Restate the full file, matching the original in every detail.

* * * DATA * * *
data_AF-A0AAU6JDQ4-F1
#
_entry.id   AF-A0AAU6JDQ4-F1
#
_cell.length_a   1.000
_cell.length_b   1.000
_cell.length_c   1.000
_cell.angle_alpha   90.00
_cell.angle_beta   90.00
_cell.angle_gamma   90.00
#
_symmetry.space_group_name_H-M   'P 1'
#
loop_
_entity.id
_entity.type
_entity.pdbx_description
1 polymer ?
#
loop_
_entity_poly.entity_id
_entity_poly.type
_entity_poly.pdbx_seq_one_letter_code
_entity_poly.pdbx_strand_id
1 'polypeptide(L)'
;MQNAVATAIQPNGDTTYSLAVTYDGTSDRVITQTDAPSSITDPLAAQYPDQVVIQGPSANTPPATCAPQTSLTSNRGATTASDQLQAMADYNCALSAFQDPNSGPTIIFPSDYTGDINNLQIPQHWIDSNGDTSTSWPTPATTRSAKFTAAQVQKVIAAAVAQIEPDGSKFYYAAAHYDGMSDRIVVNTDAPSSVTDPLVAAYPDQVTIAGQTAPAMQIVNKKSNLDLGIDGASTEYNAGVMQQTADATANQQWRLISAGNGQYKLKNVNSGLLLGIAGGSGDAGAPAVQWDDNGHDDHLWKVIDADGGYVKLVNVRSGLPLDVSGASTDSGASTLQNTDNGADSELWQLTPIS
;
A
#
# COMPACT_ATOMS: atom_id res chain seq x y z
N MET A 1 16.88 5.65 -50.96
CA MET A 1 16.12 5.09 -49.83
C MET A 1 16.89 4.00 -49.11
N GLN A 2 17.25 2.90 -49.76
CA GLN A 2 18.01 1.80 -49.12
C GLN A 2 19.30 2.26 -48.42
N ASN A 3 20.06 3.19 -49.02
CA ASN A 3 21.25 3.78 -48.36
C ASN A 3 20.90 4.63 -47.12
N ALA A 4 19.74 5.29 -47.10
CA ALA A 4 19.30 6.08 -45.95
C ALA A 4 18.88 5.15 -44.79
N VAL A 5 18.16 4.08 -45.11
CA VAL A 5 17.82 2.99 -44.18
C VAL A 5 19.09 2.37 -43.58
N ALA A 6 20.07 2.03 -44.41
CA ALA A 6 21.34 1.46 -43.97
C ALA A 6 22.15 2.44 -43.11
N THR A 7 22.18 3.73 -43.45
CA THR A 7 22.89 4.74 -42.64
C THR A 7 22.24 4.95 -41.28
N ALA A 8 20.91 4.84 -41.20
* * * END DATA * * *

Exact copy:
data_AF-A0AAU6JDQ4-F1
#
_entry.id   AF-A0AAU6JDQ4-F1
#
_cell.length_a   1.000
_cell.length_b   1.000
_cell.length_c   1.000
_cell.angle_alpha   90.00
_cell.angle_beta   90.00
_cell.angle_gamma   90.00
#
_symmetry.space_group_name_H-M   'P 1'
#
loop_
_entity.id
_entity.type
_entity.pdbx_description
1 polymer ?
#
loop_
_entity_poly.entity_id
_entity_poly.type
_entity_poly.pdbx_seq_one_letter_code
_entity_poly.pdbx_strand_id
1 'polypeptide(L)'
;MQNAVATAIQPNGDTTYSLAVTYDGTSDRVITQTDAPSSITDPLAAQYPDQVVIQGPSANTPPATCAPQTSLTSNRGATTASDQLQAMADYNCALSAFQDPNSGPTIIFPSDYTGDINNLQIPQHWIDSNGDTSTSWPTPATTRSAKFTAAQVQKVIAAAVAQIEPDGSKFYYAAAHYDGMSDRIVVNTDAPSSVTDPLVAAYPDQVTIAGQTAPAMQIVNKKSNLDLGIDGASTEYNAGVMQQTADATANQQWRLISAGNGQYKLKNVNSGLLLGIAGGSGDAGAPAVQWDDNGHDDHLWKVIDADGGYVKLVNVRSGLPLDVSGASTDSGASTLQNTDNGADSELWQLTPIS
;
A
#
# COMPACT_ATOMS: atom_id res chain seq x y z
N MET A 1 16.88 5.65 -50.96
CA MET A 1 16.12 5.09 -49.83
C MET A 1 16.89 4.00 -49.11
N GLN A 2 17.25 2.90 -49.76
CA GLN A 2 18.01 1.80 -49.12
C GLN A 2 19.30 2.26 -48.42
N ASN A 3 20.06 3.19 -49.02
CA ASN A 3 21.25 3.78 -48.36
C ASN A 3 20.90 4.63 -47.12
N ALA A 4 19.74 5.29 -47.10
CA ALA A 4 19.30 6.08 -45.95
C ALA A 4 18.88 5.15 -44.79
N VAL A 5 18.16 4.08 -45.11
CA VAL A 5 17.82 2.99 -44.18
C VAL A 5 19.09 2.37 -43.58
N ALA A 6 20.07 2.03 -44.41
CA ALA A 6 21.34 1.46 -43.97
C ALA A 6 22.15 2.44 -43.11
N THR A 7 22.18 3.73 -43.45
CA THR A 7 22.89 4.74 -42.64
C THR A 7 22.24 4.95 -41.28
N ALA A 8 20.91 4.84 -41.20